China’s Mars mission will go ahead in July as planned - South China Morning Post
The Tianwen-1 Mars mission will make China the third country to land on the red planet after the US and Soviet Union
China is going ahead with its first mission to Mars with a launch planned for July this year, China Aerospace Science and Technology Corporation (CASC) confirmed on Sunday. If successful, the Tianwen-1 mission will make China the third country to land on the red planet after the United States and the Soviet Union. CASC is the main contractor for the Chinese space program and has been working on the project since 2016. The mission has several tasks, including orbiting and landing on Mars and exploring the planet. Tianwen-1 will carry 13 payloads, consisting of seven orbiters and six rovers, director of CASC’s Science and Technology Commission Bao Weimin said during China’s annual political meeting known as the Two Sessions. The country’s first attempt to reach Mars in 2012 flopped when the Yinghuo-1 Mars probe disintegrated over the Pacific Ocean. Zhao Xiaojin, Party chief of the China Academy of Space Technology (CAST), said that Mars exploration is an important sign of the country’s space power, shortening the gap between China and other countries. NASA is also expected to launch its Mars 2020 mission in July, but Europe and Russia's ExoMars mission originally planned for this year has been delayed until 2022 because of the coronavirus pandemic. The UAE is planning to reach the planet next year.
TikTok's Chinese counterpart Douyin lets you video call strangers - Abacus
ByteDance tests new social feature only in China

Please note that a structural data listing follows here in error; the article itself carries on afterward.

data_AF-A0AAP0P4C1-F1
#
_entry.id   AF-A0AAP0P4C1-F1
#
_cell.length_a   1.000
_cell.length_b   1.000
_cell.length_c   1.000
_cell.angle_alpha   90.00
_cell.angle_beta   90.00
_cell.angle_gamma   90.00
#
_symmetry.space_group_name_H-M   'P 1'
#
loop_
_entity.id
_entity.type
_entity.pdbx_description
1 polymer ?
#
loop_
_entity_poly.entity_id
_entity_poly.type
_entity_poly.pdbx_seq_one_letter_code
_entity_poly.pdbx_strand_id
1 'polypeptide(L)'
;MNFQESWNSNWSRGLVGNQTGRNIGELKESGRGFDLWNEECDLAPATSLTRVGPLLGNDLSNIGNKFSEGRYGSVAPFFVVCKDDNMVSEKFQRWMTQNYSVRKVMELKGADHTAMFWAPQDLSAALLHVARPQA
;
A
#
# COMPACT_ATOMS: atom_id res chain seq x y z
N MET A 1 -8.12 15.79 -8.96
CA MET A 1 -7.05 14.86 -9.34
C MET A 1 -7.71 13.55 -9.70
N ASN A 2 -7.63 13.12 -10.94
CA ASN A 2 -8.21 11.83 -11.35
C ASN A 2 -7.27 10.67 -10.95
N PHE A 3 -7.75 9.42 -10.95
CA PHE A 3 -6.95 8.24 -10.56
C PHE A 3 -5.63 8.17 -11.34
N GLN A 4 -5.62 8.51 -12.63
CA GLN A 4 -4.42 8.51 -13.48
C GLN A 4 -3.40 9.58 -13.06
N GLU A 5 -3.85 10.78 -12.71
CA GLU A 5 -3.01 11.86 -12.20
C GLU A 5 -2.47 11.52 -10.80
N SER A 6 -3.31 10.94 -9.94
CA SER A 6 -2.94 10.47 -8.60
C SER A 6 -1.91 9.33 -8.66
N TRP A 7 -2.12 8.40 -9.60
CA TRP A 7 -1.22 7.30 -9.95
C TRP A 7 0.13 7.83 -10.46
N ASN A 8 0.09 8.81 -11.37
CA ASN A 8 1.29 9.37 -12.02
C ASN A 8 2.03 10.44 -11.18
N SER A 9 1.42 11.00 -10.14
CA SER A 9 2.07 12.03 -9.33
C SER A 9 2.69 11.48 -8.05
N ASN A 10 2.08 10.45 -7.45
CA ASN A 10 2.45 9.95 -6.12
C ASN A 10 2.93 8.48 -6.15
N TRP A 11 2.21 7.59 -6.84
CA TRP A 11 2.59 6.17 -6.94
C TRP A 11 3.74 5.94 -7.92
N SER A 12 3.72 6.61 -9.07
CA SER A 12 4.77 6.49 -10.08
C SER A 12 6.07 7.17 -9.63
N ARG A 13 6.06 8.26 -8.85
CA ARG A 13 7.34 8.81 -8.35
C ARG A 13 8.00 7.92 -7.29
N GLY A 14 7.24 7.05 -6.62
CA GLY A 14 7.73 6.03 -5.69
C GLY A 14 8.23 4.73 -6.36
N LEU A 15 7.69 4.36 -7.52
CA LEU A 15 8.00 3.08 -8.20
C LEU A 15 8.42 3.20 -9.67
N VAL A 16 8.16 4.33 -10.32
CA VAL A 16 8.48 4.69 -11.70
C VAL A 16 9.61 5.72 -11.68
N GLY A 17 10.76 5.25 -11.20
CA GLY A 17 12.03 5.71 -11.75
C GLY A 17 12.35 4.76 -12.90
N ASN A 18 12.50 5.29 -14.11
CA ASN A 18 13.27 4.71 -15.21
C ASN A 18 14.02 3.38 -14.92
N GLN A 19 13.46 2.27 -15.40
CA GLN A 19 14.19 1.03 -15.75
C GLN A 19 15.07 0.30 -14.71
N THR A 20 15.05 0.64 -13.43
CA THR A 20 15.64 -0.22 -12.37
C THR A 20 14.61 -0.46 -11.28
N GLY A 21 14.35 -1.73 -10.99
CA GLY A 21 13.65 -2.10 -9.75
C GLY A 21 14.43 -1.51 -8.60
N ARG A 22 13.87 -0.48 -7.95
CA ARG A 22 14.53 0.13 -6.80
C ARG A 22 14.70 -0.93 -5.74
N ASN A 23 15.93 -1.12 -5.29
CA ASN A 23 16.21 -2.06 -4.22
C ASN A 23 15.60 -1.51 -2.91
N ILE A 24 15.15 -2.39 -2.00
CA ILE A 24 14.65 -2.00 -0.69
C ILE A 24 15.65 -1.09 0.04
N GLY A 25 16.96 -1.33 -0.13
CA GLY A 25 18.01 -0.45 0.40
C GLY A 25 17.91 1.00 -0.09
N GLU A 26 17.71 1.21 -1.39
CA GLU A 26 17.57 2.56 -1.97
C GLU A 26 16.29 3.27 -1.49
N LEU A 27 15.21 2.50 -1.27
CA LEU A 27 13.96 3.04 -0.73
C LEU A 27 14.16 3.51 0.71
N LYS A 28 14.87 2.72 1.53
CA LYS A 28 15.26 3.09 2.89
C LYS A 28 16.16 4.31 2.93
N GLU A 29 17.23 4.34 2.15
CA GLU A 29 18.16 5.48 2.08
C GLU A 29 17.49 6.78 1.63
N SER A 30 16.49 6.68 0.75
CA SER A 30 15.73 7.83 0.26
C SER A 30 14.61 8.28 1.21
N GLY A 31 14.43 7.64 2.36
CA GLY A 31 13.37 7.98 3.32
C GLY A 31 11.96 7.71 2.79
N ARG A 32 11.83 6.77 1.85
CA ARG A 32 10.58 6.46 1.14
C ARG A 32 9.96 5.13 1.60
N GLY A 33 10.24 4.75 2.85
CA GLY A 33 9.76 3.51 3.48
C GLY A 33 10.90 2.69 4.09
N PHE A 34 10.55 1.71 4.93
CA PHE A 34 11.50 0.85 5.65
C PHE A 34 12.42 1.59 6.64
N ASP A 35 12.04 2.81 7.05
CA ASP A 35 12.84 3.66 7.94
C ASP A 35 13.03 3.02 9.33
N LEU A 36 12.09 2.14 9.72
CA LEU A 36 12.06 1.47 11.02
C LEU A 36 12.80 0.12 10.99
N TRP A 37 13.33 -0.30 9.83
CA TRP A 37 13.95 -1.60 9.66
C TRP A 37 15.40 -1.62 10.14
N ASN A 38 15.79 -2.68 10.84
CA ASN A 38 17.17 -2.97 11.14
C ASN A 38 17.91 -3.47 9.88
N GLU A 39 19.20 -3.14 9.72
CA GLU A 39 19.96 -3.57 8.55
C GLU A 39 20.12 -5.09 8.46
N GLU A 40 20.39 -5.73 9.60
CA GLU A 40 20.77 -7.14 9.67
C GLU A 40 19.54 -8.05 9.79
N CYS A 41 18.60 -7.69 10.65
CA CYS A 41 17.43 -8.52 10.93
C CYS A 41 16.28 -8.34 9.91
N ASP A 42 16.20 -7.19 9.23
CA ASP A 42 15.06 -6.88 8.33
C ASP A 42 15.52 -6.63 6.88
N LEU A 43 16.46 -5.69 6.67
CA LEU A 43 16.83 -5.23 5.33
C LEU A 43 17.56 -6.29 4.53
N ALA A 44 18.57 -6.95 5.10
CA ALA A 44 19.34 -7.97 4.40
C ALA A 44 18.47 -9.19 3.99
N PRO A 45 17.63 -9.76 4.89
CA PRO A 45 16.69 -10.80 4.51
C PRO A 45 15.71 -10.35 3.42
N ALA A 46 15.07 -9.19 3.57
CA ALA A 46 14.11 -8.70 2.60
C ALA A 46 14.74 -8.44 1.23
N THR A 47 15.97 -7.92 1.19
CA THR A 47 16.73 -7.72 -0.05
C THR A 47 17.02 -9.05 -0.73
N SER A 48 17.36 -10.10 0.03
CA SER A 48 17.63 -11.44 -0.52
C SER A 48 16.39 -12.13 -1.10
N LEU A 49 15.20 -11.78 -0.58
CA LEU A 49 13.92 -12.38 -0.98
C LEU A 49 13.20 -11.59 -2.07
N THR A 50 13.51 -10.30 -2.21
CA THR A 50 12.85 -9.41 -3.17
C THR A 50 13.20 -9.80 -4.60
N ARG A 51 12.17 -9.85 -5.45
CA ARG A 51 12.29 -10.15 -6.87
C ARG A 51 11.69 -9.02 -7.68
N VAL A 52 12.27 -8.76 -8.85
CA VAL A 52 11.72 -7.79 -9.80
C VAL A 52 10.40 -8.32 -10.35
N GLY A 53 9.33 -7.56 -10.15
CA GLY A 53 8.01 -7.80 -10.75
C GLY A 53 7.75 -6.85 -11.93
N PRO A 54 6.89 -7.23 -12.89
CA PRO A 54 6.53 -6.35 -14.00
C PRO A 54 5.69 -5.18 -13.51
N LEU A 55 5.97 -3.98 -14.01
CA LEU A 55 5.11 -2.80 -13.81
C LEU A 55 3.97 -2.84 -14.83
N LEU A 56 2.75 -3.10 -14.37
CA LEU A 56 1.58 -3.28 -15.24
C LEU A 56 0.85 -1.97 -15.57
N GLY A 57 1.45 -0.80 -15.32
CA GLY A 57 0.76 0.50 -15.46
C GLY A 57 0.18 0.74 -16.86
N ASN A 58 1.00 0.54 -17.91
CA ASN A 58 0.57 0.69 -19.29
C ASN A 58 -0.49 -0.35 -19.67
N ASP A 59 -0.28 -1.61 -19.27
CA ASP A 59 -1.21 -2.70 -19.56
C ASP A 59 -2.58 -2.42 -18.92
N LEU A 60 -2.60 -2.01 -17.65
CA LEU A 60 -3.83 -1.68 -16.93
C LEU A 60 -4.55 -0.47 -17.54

The mainland Chinese version of short video hit TikTok is testing a new beta feature which allows users to video call strangers and play interactive games with them, as its Beijing-based owner ByteDance intensifies its battle with Tencent Holdings – known for its do-everything app WeChat – for dominance in the social app space. Douyin’s “Connection” function, currently available to a random group of users for a limited time each day, matches users and lets them video conference while playing casual games such as drawing and guessing. At the end of the session, users are also given the option to follow each others’ Douyin accounts if both agree. Douyins Connection function, currently available to a random group of users for a limited time each day, matches users and lets them video conference while playing casual games. (Picture: Reuters) Users first began talking about the feature on microblogging site Sina Weibo and Quora-like platform Zhihu around late February. A ByteDance representative said the Connection function was only being tested in Douyin. “TikTok is not enabling a similar function,” the representative said. ByteDance’s exploration of more social networking features comes as it squares off against Tencent in more areas including entertainment, telecommuting and gaming. Tencent announced in January that WeChat was testing a short video feature, leveraging its 1.2 billion monthly active users to expand into ByteDance’s home turf. WeChat also recently blocked links from ByteDance’s work-from-home app Feishu, as remote working tools worldwide experience a surge in popularity amid the coronavirus pandemic. For its part, ByteDance has also been expanding into areas previously dominated by Tencent, such as online gaming. Its gaming division reportedly has more than 1,000 staff members, with division lead Yan Shou saying on Friday it would hire more than 1,000 this year, and analysts expect the company to follow Tencent’s path of using games to further monetise the millions of users on its social media apps. There were 1.04 billion active social media users in China, or 27 per cent of the global total, as of January, according to a report by marketing agency We Are Social and social media management platform Hootsuite. Since last year, ByteDance has made several attempts to leverage its large user base – Douyin said it had 400 million daily active users as of January – to expand further into social networking. These include Duoshan, a Snapchat clone, and Feiliao, or Flipchat in English, a hybrid between an instant messaging app and online forum featuring interest-based communities. Douyin also recently introduced a video call function for users who follow each other. Feiliao has not made much of a splash, ranking 390th among social iOS apps in China as of Monday, according to analytics platform App Annie. Duoshan fared better at 7th place on the App Annie ranking, but WeChat, which offers messaging, user posts and other social networking features, continued to take the top spot which it has occupied in most years since 2014. Independent internet analyst Ge Jia, who has been watching the industry for two decades, said there are several key differences between Douyin’s Connection feature and WeChat’s functions. "[WeChat] connects people who know each other via instant messaging, but Connection is for strangers based on interest,” he explained, adding that although WeChat also enables strangers to match and connect with each other based on location, it is not a core function. Three people who tried Connection told the Post that they have been matched with strangers both in the same city and further away, as well as people of both genders. Reviews among users so far have been mixed. Sunsee Wang, a college student from Hubei province, tried Connection in mid-March and while she hit it off with a male user she met through the feature, they agreed to continue chatting on WeChat even after adding each other on Douyin. “I’m on WeChat all the time, and chatting is much more convenient,” she said, “I will be responsive on Douyin only when I turn on the app.” Neo Lee, a 29-year-old living in Beijing, had four Connection sessions last week and was not impressed enough with any of the strangers he matched with to want to continue talking to them, even online. “The matching mechanism is just so-so, and the casual games we played were a bit dull,” he said. A third user, Eva Niu, said she left a video call when she realized that the other party had covered their camera, feeling uncomfortable that her face was clearly shown on the screen. “The feature is actually a bit terrifying, because it could expose my privacy,” she said. According to privacy rules seen by the Post, only Douyin users whose identification information have been authenticated can use the Connection feature, and their usernames are not shown to the people they match with. But other personal details, such as the user’s profile picture, city, age and astrological sign are visible to matches if they have been provided and set to be publicly visible. Douyin said in the privacy notice that it uses “publicly-visible profile information, log files on Douyin and the city [the user] is in” to match users to each other, and that only users above the age of 18 can access the feature.